When Divine Nwafor was 11, he didn’t read “Harry Potter” or “The Chronicles of Narnia” like most kids his age.
No, he was less interested in the spells and wizardry or mythical beats and fantasy. Instead, he used his brain to, well, read books about the brain.
To him, the brain was such a powerful tool. But one filled with mystery. Sure, he knew the heart pumped blood and the lungs brought in oxygen. The brain, however, is interconnected to just about everything a person does. That simple thought mesmerized the youngster.
Nwafor, who was born in Cameroon and lived much of his child and teenage years in Lagos, Nigeria, spent hours reading books from retired neurosurgeon-turned-author Benjamin Carson, the first person to successfully separate twins conjoined at the head.
When he wrote of the surgeries he performed, I felt like I was there in person just standing right beside him,” Nwafor said. “To me at that young age, I thought that was really interesting.”
Nwafor will graduate with a degree in biochemistry from West Virginia University and will continue his studies at WVU in medical school this fall. One day, he plans to be a neurosurgeon with a focus on rural medicine.
His journey, born via Carson’s books some 10 years ago, was brought to life at WVU, as he was able to start asking the backlog of questions he built up while going to private school in Nigeria.
“In Nigeria, you just have to memorize the material. You can’t question things,” Nwafor said. “I always wanted to argue and find out the best solution to everything, not just memorize it. That’s something that I really appreciate about WVU.”
Why WVU? Well, he had never visited the campus or knew of the University before applying. But through YouTube videos, Nwafor saw a sense of community in Morgantown not easily visible at other universities.
“I saw that WVU was a school filled with a community of people with a particular spirit that they collectively believed in,” said Nwafor, who was just 17 at the start of his college career at WVU in 2011.
Once in Morgantown, he began to ask those questions he’d accumulated over the years in Africa.
“I just get so excited by the brain,” he said. “The questions I have fascinate me and really draw me to it.”
One in particular seemed to really pique his curiosity. “Why can’t you transplant a brain like you can every other organ?”
To find an answer, he took part in a neurosurgical internship at Red Cross Memorial Hospital in Cape Town, South Africa; he was one of just two students around the world to be selected in 2013. On his first day, he was surprised to scrub in for a hydrocephalus surgery, which attempts to remove build-up fluid from within the brain.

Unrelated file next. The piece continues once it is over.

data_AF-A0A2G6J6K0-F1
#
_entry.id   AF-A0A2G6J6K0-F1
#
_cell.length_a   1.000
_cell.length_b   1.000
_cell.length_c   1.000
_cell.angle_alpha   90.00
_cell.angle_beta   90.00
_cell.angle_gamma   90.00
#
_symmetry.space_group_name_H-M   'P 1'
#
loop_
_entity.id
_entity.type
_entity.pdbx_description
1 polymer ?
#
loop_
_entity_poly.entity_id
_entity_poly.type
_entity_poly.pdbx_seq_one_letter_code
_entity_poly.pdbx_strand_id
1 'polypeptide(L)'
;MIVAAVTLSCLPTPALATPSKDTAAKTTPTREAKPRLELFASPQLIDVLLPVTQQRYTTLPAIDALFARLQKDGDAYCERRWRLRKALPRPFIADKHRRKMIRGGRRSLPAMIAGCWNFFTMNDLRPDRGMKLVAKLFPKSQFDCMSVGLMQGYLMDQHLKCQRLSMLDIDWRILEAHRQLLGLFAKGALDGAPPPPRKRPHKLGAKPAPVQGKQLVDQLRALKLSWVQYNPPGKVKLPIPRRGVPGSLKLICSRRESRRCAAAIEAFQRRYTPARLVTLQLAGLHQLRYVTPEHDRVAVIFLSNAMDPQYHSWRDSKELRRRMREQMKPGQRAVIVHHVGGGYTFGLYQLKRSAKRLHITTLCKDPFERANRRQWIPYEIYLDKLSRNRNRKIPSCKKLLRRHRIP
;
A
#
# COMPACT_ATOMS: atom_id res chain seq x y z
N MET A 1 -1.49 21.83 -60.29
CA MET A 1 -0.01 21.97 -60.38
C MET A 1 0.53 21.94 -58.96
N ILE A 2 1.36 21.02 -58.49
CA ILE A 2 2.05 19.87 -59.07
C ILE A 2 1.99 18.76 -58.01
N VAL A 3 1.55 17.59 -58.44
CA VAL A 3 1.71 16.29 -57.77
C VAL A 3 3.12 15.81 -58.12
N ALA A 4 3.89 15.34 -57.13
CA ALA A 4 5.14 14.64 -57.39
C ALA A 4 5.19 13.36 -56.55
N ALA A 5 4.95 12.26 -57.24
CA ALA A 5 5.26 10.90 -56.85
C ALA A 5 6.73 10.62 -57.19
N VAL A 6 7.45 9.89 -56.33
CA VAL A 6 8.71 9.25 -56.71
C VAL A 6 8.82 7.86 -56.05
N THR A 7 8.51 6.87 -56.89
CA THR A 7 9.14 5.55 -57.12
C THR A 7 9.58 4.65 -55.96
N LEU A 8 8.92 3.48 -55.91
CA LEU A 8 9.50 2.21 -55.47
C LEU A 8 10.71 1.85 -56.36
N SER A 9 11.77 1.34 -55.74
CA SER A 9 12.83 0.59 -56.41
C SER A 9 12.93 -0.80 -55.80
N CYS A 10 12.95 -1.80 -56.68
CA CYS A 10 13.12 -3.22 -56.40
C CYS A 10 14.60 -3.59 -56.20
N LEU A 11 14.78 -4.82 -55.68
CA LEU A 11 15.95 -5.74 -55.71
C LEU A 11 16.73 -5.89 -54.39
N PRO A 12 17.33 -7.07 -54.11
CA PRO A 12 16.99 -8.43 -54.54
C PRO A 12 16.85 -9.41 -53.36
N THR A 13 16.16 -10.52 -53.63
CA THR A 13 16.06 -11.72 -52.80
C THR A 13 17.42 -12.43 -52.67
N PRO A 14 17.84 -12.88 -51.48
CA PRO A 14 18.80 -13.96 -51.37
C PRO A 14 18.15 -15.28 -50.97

“That got me even more excited. I started to ask ‘when is the next surgery?’” Nwafor said.
His newfound surgical experience led to even more queries – not of just the brain itself or the surgical processes but of the research going on behind the scenes.
He stretched beyond the human brain to research the brains of moths and their olfactory processes (smell) and how to improve or negate them. He discovered that moths could be used to help the military sniff out explosives. Further research into olfactory processes, Nwafor said, may also lead to answers to diseases and disorders like Alzheimer’s and Schizophrenia.
“I want to get involved in the research, so I can make an impact on patients in the future,” he said. “Research is the bridge between curing your patient – after all, most of the drugs and the outstanding movement in medicine are from the time that people devote to research.”
He shares his knowledge of the brain with students who are curious – just like he was as a child. As a three-year member of the Neuroscience Club, Nwafor and his fellow club members visited various elementary and middle schools and taught these students how the brain works.
“For the state of West Virginia, these kids are the ones that will lead the state in the future,” he said, “so we’re trying to get them educated and excited to push them further.”
Nwafor recognizes some of the students gain a new interest in the brain … maybe even a new passion, just like he did from reading those books when he was 11 years old.
“Looking back to my freshman year, I wouldn’t have seen myself as someone who was making as big of an impact on my community as I am,” he said.
Before starting medical school at WVU, Nwafor will spend the summer in Martinsburg, West Virginia, at a family medicine program to learn more about rural medicine. Living in Cameroon and Nigeria and learning in South Africa and West Virginia has shown Nwafor the difference in medical care between rural and urban areas and the rich and poor – something he’d like to change.
“In Africa, I’ve seen the level of disparity in medicine, and that defeats the whole purpose of it,” Nwafor said. “That drives me to improve rural healthcare … I want to push science a step further in those areas.”
He hopes to create diagnostic centers in rural areas to close the gap in medicine around the world.
Oh yea, he’d also like to be a brain surgeon. People in his field say he’ll change his mind about that and decide on a different discipline, but Nwafor feels pretty confident he’ll stick with neurosurgery.
After all, he’s loved it ever since he was 11.